BY GILLIAN WILLS
Australian Festival of Chamber Music
Townsville, July 29-August 6
Stars in their own right, a quartet of women made a remarkable contribution to Townsville’s recent Australian Festival of Chamber Music. British violinist Tasmin Little, double bassist Kirsty McCahon, classical guitarist Karin Schaupp, and soprano Valda Wilson wowed the festival’s cosmopolitan, savvy audience.
If I were forced choose the stand-out contributor, it would be Wilson, who gave many performances championing diverse works by Monteverdi, Tchaikovsky, Verdi, and Shostakovich to Australian composers Paul Stanhope and Jennifer Fowler, which she executed with riveting intensity. Two days before the Farewell Concert, she had survived a staggering 45 rehearsals.
Wilson’s instrument is amazingly versatile. Whatever she sings is imbued with a palette of fresh colour and her deliveries exude a penetrating insight, which makes her riveting to listen to. Highlights included Paul Stanhope’s atmospheric Three Lorca Songs in the opening concert and Shostakovich’s edgy and emotive Seven Romances on Poems by Alexander Blok in the very last. In the latter, she soared in theatrical peaks, shrank into an anguished whisper but always with such intensity, the audience’s applause exploded after the sound melted away. A woman walked up to Wilson at interval, ‘visibly shaken and teary’ and the pair hugged.
Little, like Wilson, performed in some of the festival’s trickier settings including the al fresco concert in Queens Gardens in front of 4000 people, who were sitting on camping chairs or spread-eagled on rugs. It wasn’t the easiest of acoustics to manage on the open-air stage, supported by a well meaning Barrier Reef Orchestra, nor an easy crowd to win over but she bravely and persuasively soloed in Vivaldi’s Concerto in E, RV 269 from The Four Seasons with all the chutzpah and prowess worthy of New York’s Carnegie Hall.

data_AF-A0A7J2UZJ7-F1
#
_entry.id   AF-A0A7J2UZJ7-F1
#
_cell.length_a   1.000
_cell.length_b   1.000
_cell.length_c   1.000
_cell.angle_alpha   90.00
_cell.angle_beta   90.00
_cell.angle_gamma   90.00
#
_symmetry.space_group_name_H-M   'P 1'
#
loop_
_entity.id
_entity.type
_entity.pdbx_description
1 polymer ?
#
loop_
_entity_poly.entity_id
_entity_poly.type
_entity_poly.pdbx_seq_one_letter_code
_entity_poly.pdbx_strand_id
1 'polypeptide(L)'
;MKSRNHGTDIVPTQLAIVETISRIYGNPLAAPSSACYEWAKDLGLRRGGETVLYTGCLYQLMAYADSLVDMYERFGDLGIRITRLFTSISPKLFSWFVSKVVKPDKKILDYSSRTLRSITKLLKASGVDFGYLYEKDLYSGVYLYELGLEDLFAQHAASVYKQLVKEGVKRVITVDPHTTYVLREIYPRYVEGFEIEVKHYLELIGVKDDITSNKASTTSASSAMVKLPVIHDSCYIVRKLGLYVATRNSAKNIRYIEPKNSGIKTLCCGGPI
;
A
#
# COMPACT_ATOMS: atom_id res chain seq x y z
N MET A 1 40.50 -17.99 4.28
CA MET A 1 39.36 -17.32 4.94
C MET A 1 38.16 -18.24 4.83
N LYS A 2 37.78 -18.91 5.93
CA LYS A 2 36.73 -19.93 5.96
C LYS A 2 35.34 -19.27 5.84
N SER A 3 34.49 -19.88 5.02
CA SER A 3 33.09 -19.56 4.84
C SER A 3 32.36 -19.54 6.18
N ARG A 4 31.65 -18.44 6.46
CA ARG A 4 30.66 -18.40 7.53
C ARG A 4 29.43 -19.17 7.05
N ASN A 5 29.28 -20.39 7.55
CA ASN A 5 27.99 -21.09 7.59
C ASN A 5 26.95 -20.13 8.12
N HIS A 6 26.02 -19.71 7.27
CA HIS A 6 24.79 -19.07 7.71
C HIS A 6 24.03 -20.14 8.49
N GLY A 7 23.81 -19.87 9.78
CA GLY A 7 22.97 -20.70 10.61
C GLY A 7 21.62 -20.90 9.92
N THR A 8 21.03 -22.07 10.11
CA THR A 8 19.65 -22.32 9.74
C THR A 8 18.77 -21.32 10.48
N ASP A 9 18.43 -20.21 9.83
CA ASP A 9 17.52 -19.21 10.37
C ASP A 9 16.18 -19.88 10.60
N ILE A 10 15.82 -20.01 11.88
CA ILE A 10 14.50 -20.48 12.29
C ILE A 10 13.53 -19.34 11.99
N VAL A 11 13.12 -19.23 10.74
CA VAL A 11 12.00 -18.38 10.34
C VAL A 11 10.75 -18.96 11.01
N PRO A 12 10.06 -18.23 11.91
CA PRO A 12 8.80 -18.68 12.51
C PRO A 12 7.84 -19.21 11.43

Little generously partnered pianist Andrey Gugnin, the winner of the Sydney International Piano Competition, in an infectiously dramatic reading of Beethoven’s Kreutzer sonata but the crowd’s ears were inevitably tuned in to Gugnin, who would go on to give a solo recital, rather than the astonishing virtuosity essayed on the violin.
The most rewarding of Little’s many appearances were in a duo with pianist Piers Lane, because then her gorgeous tone, exquisite phrasing and compelling voice were exposed. These pieces included Kreisler’s Praeludium and Allegro, Lloyd-Webber’s The Gardens at Eastwell and Monti’s Csardas.
McCahon played in the Opening Concert’s rendering of Schubert’s Trout quintet. An obvious favourite with the audience, it featured Little and Finghin Collins channelling the darting, bubbly ‘trout’ tune. With Paul Silverthorne on viola and cellist Wolfgang Emanuel Schmidt, McCahon provided a richly nuanced bass. Her supportive bass graced many works including the Bach Cantata No. 82 Ich habe genug BWV82 in the Ray Golding Sunset Series Concert, Bach by Candlelight.
In the airing of Chopin’s First Piano Concerto with soloist Sa Chen, the arrangement of the orchestral part for chamber ensemble played by Goldner Quartet was troubled and stiff. McCahon was listening so hard to support Chen, she was ‘almost sitting inside the piano’. Sa Chen’s playing was fluid, stretchy, sure-fingered, and heartfelt and travelled the geography of the keys at Olympian speed but was at odds with the awkward orchestral reduction through no fault of her own.
Audiences expect McCahon to excel in underpinning ensembles; until recently, she was the Australian Brandenburg Orchestra’s Principal Bass, a position she held for 20 years. But it will be her scorching take on Berio’s Psy, which revealed striking bass effects, for which she will be remembered. Someone post performance told her: ‘You rocked!’.
Classical guitarist Karin Schaupp with actor director Tama Matheson presented Don Juan; a crisp, gripping, music-cum-theatre piece illustrating the life of Byron as well as his epic poem Don Juan. Matheson was wonderfully arch, vulnerable and funny as Byron, his acting laser sharp. Schaupp and Matheson have a productive rapport. This compact, gripping show in which Schaupp travels with precision and aplomb through a swathe of challenging solos with a Spanish flavor, and acts convincingly in cameo roles, must be one of this year’s stunning highlights.
There were women composers threaded through the program (not enough, admittedly), but Australians Elena Kats-Chernin, Miriam Hyde and Jennifer Fowler’s music and the British Madeleine Dring’s made a strong impact.
Gillian is the author of Elvis and Me: How a world-weary musician and a broken ex-racehorse rescued each other, available through Finch Publishing.